[Stunning visuals] He personally sketches most of his own storyboards, left-handed, with great artistic style (The Duellists (1977), Alien (1979), Blade Runner (1982), Legend (1985), Black Rain (1989), Thelma & Louise (1991), 1492: Conquest of Paradise (1992), Gladiator (2000), Black Hawk Down (2001), Kingdom of Heaven (2005), American Gangster (2007), Body of Lies (2008)).
[Strong female characters] This includes Sigourney Weaver in Alien (1979), Susan Sarandon and Geena Davis in Thelma & Louise (1991), Alison Lohman in Matchstick Men (2003), all the female characters in A Good Year (2006), Cate Blanchett and Eileen Atkins in Robin Hood (2010), Noomi Rapace in _Prometheus (2012)_, Jessica Chastain in The Martian (2015) and even the female athlete in the Superbowl commercial "1984" for Apple.
Being the actors' director that he is, Scott favors extensive use of the two-camera 'V' set-up, thus enabling his actors to play more fluidly off one another without being constantly interrupted by calls to "Cut!".
Frequently uses music by composers Hans Zimmer and Marc Streitenfeld.
Begins most films with an info card sequence or montage (Alien (1979), Blade Runner (1982), Gladiator (2000), Black Hawk Down (2001)).
Frequently casts Russell Crowe (Gladiator (2000), A Good Year (2006), American Gangster (2007), Body of Lies (2008) and Robin Hood (2010)).
Usually casts/works with actors who have a strong theatre background and are graduates of drama school. He likes to be personally involved with the casting of his movies as well.
Is called the father of "director's cut". Scott was one of the first directors to re-release a director's cut in theaters and, because of the great success of his new version of Blade Runner (1982), made the concept popular among directors and audiences. Since then Scott has released many more director's cuts or extended versions of his films, but mostly on DVD / BluRay.
Does not use wide lenses very often; he tends towards longer focal lengths.
Sweeping landscapes or backdrops - sometimes with a close-up of a character's face in the foreground - for example in Gladiator (2000) and Kingdom of Heaven (2005).
Often utilizes a light blue tint that contrasts black silhouettes, e.g. G.I. Jane (1997), Gladiator (2000), Black Hawk Down (2001), Matchstick Men (2003) and Kingdom of Heaven (2005).
When showing graphic violence, he tends to use very brief shots that cut away quickly.
Frequently uses fast shutter speeds during action scenes.
Main characters are often on a mission; adventurers; in a foreign land that turns hostile or they are challenged to adapt to the circumstances.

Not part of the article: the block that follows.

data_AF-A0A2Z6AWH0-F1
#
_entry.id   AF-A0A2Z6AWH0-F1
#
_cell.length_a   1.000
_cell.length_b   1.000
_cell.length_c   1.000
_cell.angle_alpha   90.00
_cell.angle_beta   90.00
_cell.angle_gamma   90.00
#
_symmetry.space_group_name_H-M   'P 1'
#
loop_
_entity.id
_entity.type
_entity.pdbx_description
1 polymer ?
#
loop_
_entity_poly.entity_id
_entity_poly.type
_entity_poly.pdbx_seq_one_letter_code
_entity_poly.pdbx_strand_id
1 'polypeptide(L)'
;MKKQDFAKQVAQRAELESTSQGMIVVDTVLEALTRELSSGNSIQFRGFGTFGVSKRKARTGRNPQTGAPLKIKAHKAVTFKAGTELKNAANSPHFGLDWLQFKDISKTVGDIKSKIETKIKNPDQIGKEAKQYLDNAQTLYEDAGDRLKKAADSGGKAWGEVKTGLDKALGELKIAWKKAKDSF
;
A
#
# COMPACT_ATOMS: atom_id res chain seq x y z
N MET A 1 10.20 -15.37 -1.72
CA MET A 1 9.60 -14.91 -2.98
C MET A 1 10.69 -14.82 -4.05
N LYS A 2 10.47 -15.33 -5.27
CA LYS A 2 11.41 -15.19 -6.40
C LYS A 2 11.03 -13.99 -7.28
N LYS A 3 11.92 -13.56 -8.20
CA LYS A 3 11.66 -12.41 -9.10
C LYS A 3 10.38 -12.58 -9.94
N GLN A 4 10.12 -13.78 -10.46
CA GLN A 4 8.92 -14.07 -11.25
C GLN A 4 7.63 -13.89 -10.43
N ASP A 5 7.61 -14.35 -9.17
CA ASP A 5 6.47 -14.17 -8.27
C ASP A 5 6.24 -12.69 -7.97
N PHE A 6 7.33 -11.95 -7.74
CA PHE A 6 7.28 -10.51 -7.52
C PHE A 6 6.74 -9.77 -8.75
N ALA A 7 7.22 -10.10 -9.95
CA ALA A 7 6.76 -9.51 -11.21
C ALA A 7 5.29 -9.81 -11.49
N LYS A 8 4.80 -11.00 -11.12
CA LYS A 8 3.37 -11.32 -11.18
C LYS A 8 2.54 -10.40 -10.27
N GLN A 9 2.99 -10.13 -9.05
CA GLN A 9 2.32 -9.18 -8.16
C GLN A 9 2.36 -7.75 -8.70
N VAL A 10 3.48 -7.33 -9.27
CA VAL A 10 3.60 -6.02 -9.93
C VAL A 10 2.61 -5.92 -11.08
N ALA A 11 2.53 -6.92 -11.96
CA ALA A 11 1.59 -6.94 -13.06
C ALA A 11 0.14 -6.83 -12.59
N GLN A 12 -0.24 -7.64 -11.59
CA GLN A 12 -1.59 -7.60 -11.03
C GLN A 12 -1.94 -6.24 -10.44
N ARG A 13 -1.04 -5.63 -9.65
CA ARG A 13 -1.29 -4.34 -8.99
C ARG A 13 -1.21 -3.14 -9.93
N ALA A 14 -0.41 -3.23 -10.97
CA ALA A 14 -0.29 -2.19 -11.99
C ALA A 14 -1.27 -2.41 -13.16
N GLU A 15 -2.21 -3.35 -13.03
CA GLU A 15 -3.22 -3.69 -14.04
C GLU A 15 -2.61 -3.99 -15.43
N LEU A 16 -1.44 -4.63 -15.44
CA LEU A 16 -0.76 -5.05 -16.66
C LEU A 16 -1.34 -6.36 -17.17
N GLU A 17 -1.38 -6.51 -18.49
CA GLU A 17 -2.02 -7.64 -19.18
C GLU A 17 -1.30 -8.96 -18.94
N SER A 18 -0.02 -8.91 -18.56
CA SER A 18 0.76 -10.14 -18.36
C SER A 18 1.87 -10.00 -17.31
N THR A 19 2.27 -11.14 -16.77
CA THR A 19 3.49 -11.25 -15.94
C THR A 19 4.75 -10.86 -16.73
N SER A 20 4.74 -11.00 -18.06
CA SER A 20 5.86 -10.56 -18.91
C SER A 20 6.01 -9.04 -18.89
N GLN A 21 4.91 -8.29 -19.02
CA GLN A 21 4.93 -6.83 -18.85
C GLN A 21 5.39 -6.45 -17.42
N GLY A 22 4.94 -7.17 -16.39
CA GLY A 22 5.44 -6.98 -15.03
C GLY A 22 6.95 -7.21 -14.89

Trivia (46)

Education: West Hartlepool College of Art (1954-1958: Diploma in Design 1958, with honors); Royal College of Art (autumn 1958-1961: M.A. in Graphic Design 1961). Two postgraduate courses at the RCA followed. Then he got a traveling scholarship and went to New York, where he gained experience in editing at Leacock/Pennebaker. A year later he would return to England where he worked as an art director for the BBC. His skill in designing sets for television eventually led to designing sets for commercials. After participating in the BBC's directors training course, he quit television. He decided to focus almost entirely on his advertisements and in 1965 he opened his own commercial production company called Ridley Scott Associates.
Family: Brother of director Tony Scott; Father of music video director Jake Scott; Son of Elizabeth Jean Scott; Father of actress Jordan Scott with Sandy Watson.
Whilst working as a set designer at the BBC, Scott was assigned to design the Daleks for the popular BBC TV serial Doctor Who (1963). Scott passed the work on to his friend Raymond Cusick, as he was unable to attend the filming at Ealing.
Owns the visual effects company Mill Film, based in London. They did the majority of the effects work on Gladiator (2000).
2001: Ranked #31 in Entertainment Weekly's Power List.
1986: Enya's recording "Aldebaran" is dedicated to him.
1990s: He was developing a film adaptation of the Richard Matheson novel, "I Am Legend". The project was filmed in 2008 by Francis Lawrence.
Owns Shepperton Studios in the United Kingdom with his brother Tony Scott.
Estimated in an interview that he operated on roughly 2,700 commercials.
2003: Ranked #25 in Premiere magazine's annual Power 100 List. Had ranked #30 in 2002.
Black Hawk Down (2001) is dedicated to his mother, who died in 2001.
Directed a Maxwell House coffee commercial that starred Shakira Caine. Michael Caine saw the commercial and was so taken by her beauty, he desperately searched for her. They have been married 30 years.
He cast his partner in life, Giannina Facio, in nearly all of his films since Gladiator (2000). They finally married in June 2015.